BMB's picture
BMB

I wish them as much luck as you do.

I am very happy for the guy.

but for that price I would never consider buying it.

like I said for same price you can get few of lodge dutch ovens. So you can bake two breads and cook a killer beef stew at same time and make music with few other ones you have on hand. And maybe pick up a six pack of beer and stil have money left over. 

I apologize to the person. I don’t diss the product, I just think it’s for a person that bakes 1 or 2 breads a week.

jimchall's picture
jimchall

I know you're not dissing our pan. I can tell you that I sure wish that I could manufacture a pan for the price that Lodge can. It would be incredible.

HansB's picture
HansB

I think that your product is likely a good one, albeit in the high-end range and wish you the best!

jimchall's picture
jimchall

Thank you so much! I really appreciate it.

mvdmdms's picture
mvdmdms

Can someone help me? I've been baking from "Tartine" but when I invert the rising bowl over my preheated Challenger bread pan, the loaf spreads out over the entire surface, so I end up with a very large flat loaf. Delicious, with beautiful crust, but it looks terrible.

What am I doing wrong?

idaveindy's picture
idaveindy

mv: Welcome to TFL.

If you create a blog post with your formula (recipe and procedures), I'm sure several people will come forward to help you out.

jimchall's picture
jimchall

I'm not sure why your loaf would be spreading out all over the surface. It could be due to being overproofed or possibly not enough strength or structure in your dough. Do you loaves back properly in other vessels or on a baking stone/steel?

mvdmdms's picture
mvdmdms

Hi there! When I bake the bread in the vessel in which I did the final rise, I don't have an issue. The problem is my transfer from the bowl onto the pan - it kind of splats. Is there something in my technique? Is the dough too delicate (over proofed) to weather the transfer? Maybe it's too hydrated?

I follow the Tartine recipe pretty much to the letter....

Any help would be appreciated. 

ciabatta's picture
ciabatta

start a new post and put up some photos along with your process/timing,etc.  could be a number of things.

you need to adjust a recipe to suit your temperatures, flour type, humidity, water, oven, and starter.

mvdmdms's picture
mvdmdms

OK  but arggh

jimchall's picture
jimchall

When you say that you normally bake it in the vessel you proofed it in, what vessel are you using?

mvdmdms's picture
mvdmdms

Before I got my Challenger, I raised the bread in a cast iron dutch oven and baked it in same. 

Whenever I try to raise the bread in a banneton and transfer it to a hot pan, I lose a lot of the rise in the flip. 

chelseasf's picture
chelseasf

Don't flip your dough into the hot pan.  Put parchment paper on a plate, put it on top of the banneton and invert it. Then just lift the dough in the parchment and put it in the pan (so it bakes on parchment.)  Much less trauma to the dough that way.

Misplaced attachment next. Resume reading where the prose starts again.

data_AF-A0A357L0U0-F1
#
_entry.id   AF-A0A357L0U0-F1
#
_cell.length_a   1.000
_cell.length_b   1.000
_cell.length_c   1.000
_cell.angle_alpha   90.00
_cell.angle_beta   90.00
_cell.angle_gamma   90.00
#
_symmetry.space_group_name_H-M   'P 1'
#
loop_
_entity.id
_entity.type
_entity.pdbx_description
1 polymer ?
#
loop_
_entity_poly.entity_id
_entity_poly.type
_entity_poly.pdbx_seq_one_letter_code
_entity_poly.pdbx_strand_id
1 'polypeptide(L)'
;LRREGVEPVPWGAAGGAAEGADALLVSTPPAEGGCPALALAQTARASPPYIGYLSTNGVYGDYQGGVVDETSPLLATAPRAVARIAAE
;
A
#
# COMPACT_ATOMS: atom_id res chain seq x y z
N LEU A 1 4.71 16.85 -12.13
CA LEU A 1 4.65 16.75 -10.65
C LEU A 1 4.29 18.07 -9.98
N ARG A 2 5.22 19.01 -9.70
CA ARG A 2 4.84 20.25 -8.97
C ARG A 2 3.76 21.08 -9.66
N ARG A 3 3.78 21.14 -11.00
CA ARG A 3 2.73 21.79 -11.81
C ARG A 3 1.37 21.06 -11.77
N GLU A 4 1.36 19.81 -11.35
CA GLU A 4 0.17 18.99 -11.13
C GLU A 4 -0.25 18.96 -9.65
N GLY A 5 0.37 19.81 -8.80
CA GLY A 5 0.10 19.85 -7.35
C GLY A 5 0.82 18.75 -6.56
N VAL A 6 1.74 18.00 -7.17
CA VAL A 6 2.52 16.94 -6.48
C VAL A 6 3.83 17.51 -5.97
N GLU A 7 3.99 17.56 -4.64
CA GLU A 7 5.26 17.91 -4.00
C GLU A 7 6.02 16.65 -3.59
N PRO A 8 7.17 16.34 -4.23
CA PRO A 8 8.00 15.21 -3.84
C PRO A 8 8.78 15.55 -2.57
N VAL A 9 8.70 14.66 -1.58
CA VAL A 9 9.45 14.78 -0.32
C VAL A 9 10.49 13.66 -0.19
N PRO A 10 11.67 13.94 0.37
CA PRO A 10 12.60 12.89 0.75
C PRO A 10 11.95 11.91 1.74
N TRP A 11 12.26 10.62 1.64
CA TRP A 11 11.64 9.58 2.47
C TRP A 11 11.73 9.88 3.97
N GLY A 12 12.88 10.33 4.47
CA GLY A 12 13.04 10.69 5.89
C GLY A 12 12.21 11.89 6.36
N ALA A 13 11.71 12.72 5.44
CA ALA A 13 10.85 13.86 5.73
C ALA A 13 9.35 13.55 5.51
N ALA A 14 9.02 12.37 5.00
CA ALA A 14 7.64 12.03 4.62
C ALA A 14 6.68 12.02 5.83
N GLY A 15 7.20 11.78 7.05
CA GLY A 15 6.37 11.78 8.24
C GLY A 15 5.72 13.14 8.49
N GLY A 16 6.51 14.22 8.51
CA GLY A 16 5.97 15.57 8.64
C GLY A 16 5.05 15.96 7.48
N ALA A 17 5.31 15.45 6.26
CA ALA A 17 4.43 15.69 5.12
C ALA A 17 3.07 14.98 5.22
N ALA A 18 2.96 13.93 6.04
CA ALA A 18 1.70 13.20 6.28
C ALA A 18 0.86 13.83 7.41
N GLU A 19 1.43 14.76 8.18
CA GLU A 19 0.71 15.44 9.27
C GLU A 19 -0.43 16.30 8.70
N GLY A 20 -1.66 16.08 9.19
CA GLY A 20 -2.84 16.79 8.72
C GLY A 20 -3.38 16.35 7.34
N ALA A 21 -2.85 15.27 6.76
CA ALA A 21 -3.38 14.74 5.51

jimchall's picture
jimchall

I designed the base of the Challenger Bread Pan to be really low so that you absolutely can flip the dough right out of your banneton into the base of the pan -- without burning your hands or degassing your dough!

jimchall's picture
jimchall

I would agree with @ciabatta that it could be many things. A "free standing" loaf needs to have more strength in the dough in order to not go flat when you turn it out of the banneton. I think Chad talks about it in Tartine. It could be as simple as a couple of more folds. You could even try reducing the water which will give you a stronger dough. Constant learning is why we're home bakers, right?

chelseasf's picture
chelseasf

That's why I asked if they were going to make a smaller one.  For high-hydration loaves you especially need a pot that holds the bread's shape.

Your answer might be doubling your bread recipe, then maybe it will it the Challenger!

 

jimchall's picture
jimchall

Although my skills aren't good enough for high hydration loaves yet, bakers bake unsupported high hydration loaves in our Pan all the time. It's 100% possible.

amateurbreadbaker's picture
amateurbreadbaker

I'm seriously considering the Challenger pan, but have noticed that the price escalated by more than $100 since last year.  Why the 50% jump in price?  Also, would other cast iron ovens work as well?  Unless I'm wrong, the benefits to this over other cast iron are the size and the handles.  If I can live without that as the occasional baker, should I just invest in a Lodge dutch oven?  That price point is hard to justify.  Thoughts?

jimchall's picture
jimchall

The price did go up after its introductory price last August. You can certainly use other pans, but they’re just not as versatile as our pan. It’ll let you bake all different shapes and sizes of bread, and it also makes killer pizza and focaccia. It’s an investment, but will last a lifetime. I also use the base as a skillet all the time, and it’s extra large size is awesome. You might enjoy this thorough review that I just read this morning: https://www.brooot.de/the-challenger-breadpan-meine-erfahrungen. You might need to read it in Chrome which will translate it from German for you if you right-click anywhere.